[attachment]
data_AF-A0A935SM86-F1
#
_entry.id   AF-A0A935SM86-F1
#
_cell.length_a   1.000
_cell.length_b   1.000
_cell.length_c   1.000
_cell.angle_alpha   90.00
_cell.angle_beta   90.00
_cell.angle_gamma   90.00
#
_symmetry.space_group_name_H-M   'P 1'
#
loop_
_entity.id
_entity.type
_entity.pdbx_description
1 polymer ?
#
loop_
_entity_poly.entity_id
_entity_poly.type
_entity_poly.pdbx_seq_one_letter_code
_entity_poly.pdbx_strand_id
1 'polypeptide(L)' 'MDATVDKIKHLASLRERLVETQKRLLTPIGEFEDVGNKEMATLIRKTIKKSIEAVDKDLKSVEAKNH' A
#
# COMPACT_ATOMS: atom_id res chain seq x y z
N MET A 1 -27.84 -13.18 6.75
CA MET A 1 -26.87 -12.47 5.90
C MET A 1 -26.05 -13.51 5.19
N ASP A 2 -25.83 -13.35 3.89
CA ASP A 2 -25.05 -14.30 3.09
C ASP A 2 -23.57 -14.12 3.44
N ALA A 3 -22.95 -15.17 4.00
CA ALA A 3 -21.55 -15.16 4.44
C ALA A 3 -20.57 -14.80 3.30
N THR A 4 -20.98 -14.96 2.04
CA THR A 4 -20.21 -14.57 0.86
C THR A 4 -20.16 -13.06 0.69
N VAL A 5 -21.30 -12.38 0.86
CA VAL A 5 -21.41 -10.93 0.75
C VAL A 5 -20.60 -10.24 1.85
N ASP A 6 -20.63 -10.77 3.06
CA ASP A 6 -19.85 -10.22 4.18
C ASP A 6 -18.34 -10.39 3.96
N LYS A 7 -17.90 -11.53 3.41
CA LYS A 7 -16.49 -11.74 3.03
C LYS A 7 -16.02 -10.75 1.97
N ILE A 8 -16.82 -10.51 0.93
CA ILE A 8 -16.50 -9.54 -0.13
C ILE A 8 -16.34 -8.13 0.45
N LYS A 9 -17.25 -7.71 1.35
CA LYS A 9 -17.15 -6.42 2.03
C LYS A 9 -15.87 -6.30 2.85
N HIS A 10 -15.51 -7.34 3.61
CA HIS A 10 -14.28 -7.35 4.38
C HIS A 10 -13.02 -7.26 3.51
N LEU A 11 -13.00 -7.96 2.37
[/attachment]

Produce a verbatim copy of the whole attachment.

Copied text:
data_AF-A0A935SM86-F1
#
_entry.id   AF-A0A935SM86-F1
#
_cell.length_a   1.000
_cell.length_b   1.000
_cell.length_c   1.000
_cell.angle_alpha   90.00
_cell.angle_beta   90.00
_cell.angle_gamma   90.00
#
_symmetry.space_group_name_H-M   'P 1'
#
loop_
_entity.id
_entity.type
_entity.pdbx_description
1 polymer ?
#
loop_
_entity_poly.entity_id
_entity_poly.type
_entity_poly.pdbx_seq_one_letter_code
_entity_poly.pdbx_strand_id
1 'polypeptide(L)' 'MDATVDKIKHLASLRERLVETQKRLLTPIGEFEDVGNKEMATLIRKTIKKSIEAVDKDLKSVEAKNH' A
#
# COMPACT_ATOMS: atom_id res chain seq x y z
N MET A 1 -27.84 -13.18 6.75
CA MET A 1 -26.87 -12.47 5.90
C MET A 1 -26.05 -13.51 5.19
N ASP A 2 -25.83 -13.35 3.89
CA ASP A 2 -25.05 -14.30 3.09
C ASP A 2 -23.57 -14.12 3.44
N ALA A 3 -22.95 -15.17 4.00
CA ALA A 3 -21.55 -15.16 4.44
C ALA A 3 -20.57 -14.80 3.30
N THR A 4 -20.98 -14.96 2.04
CA THR A 4 -20.21 -14.57 0.86
C THR A 4 -20.16 -13.06 0.69
N VAL A 5 -21.30 -12.38 0.86
CA VAL A 5 -21.41 -10.93 0.75
C VAL A 5 -20.60 -10.24 1.85
N ASP A 6 -20.63 -10.77 3.06
CA ASP A 6 -19.85 -10.22 4.18
C ASP A 6 -18.34 -10.39 3.96
N LYS A 7 -17.90 -11.53 3.41
CA LYS A 7 -16.49 -11.74 3.03
C LYS A 7 -16.02 -10.75 1.97
N ILE A 8 -16.82 -10.51 0.93
CA ILE A 8 -16.50 -9.54 -0.13
C ILE A 8 -16.34 -8.13 0.45
N LYS A 9 -17.25 -7.71 1.35
CA LYS A 9 -17.15 -6.42 2.03
C LYS A 9 -15.87 -6.30 2.85
N HIS A 10 -15.51 -7.34 3.61
CA HIS A 10 -14.28 -7.35 4.38
C HIS A 10 -13.02 -7.26 3.51
N LEU A 11 -13.00 -7.96 2.37